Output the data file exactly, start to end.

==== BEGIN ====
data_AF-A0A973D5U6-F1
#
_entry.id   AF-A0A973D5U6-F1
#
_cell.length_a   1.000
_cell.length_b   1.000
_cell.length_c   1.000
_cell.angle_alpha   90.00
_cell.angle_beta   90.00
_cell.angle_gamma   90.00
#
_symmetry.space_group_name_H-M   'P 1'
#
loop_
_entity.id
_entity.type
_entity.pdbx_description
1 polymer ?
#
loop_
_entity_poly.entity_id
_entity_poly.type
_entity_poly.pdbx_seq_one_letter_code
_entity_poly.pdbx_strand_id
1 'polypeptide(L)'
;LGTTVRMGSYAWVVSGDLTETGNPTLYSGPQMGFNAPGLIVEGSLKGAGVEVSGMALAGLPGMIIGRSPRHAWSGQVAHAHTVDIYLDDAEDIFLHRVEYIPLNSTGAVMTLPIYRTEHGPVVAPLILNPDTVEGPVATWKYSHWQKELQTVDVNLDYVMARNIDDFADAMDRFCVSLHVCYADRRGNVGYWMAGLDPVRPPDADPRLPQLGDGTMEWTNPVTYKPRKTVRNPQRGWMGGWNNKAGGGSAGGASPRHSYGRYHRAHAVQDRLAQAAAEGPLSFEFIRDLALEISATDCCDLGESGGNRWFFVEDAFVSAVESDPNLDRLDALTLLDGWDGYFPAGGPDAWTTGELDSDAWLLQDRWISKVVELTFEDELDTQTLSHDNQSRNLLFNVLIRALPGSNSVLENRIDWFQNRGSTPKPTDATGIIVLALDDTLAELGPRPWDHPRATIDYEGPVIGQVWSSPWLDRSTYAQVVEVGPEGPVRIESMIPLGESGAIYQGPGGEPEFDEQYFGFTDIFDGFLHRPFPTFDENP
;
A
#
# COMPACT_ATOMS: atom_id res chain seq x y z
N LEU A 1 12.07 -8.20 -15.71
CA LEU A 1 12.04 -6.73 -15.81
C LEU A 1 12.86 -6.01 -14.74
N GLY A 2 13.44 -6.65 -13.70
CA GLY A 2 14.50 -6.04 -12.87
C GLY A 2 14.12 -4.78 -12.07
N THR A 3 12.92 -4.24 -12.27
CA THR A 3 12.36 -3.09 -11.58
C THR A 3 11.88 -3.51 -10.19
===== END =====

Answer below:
data_AF-A0A973D5U6-F1
#
_entry.id   AF-A0A973D5U6-F1
#
_cell.length_a   1.000
_cell.length_b   1.000
_cell.length_c   1.000
_cell.angle_alpha   90.00
_cell.angle_beta   90.00
_cell.angle_gamma   90.00
#
_symmetry.space_group_name_H-M   'P 1'
#
loop_
_entity.id
_entity.type
_entity.pdbx_description
1 polymer ?
#
loop_
_entity_poly.entity_id
_entity_poly.type
_entity_poly.pdbx_seq_one_letter_code
_entity_poly.pdbx_strand_id
1 'polypeptide(L)'
;LGTTVRMGSYAWVVSGDLTETGNPTLYSGPQMGFNAPGLIVEGSLKGAGVEVSGMALAGLPGMIIGRSPRHAWSGQVAHAHTVDIYLDDAEDIFLHRVEYIPLNSTGAVMTLPIYRTEHGPVVAPLILNPDTVEGPVATWKYSHWQKELQTVDVNLDYVMARNIDDFADAMDRFCVSLHVCYADRRGNVGYWMAGLDPVRPPDADPRLPQLGDGTMEWTNPVTYKPRKTVRNPQRGWMGGWNNKAGGGSAGGASPRHSYGRYHRAHAVQDRLAQAAAEGPLSFEFIRDLALEISATDCCDLGESGGNRWFFVEDAFVSAVESDPNLDRLDALTLLDGWDGYFPAGGPDAWTTGELDSDAWLLQDRWISKVVELTFEDELDTQTLSHDNQSRNLLFNVLIRALPGSNSVLENRIDWFQNRGSTPKPTDATGIIVLALDDTLAELGPRPWDHPRATIDYEGPVIGQVWSSPWLDRSTYAQVVEVGPEGPVRIESMIPLGESGAIYQGPGGEPEFDEQYFGFTDIFDGFLHRPFPTFDENP
;
A
#
# COMPACT_ATOMS: atom_id res chain seq x y z
N LEU A 1 12.07 -8.20 -15.71
CA LEU A 1 12.04 -6.73 -15.81
C LEU A 1 12.86 -6.01 -14.74
N GLY A 2 13.44 -6.65 -13.70
CA GLY A 2 14.50 -6.04 -12.87
C GLY A 2 14.12 -4.78 -12.07
N THR A 3 12.92 -4.24 -12.27
CA THR A 3 12.36 -3.09 -11.58
C THR A 3 11.88 -3.51 -10.19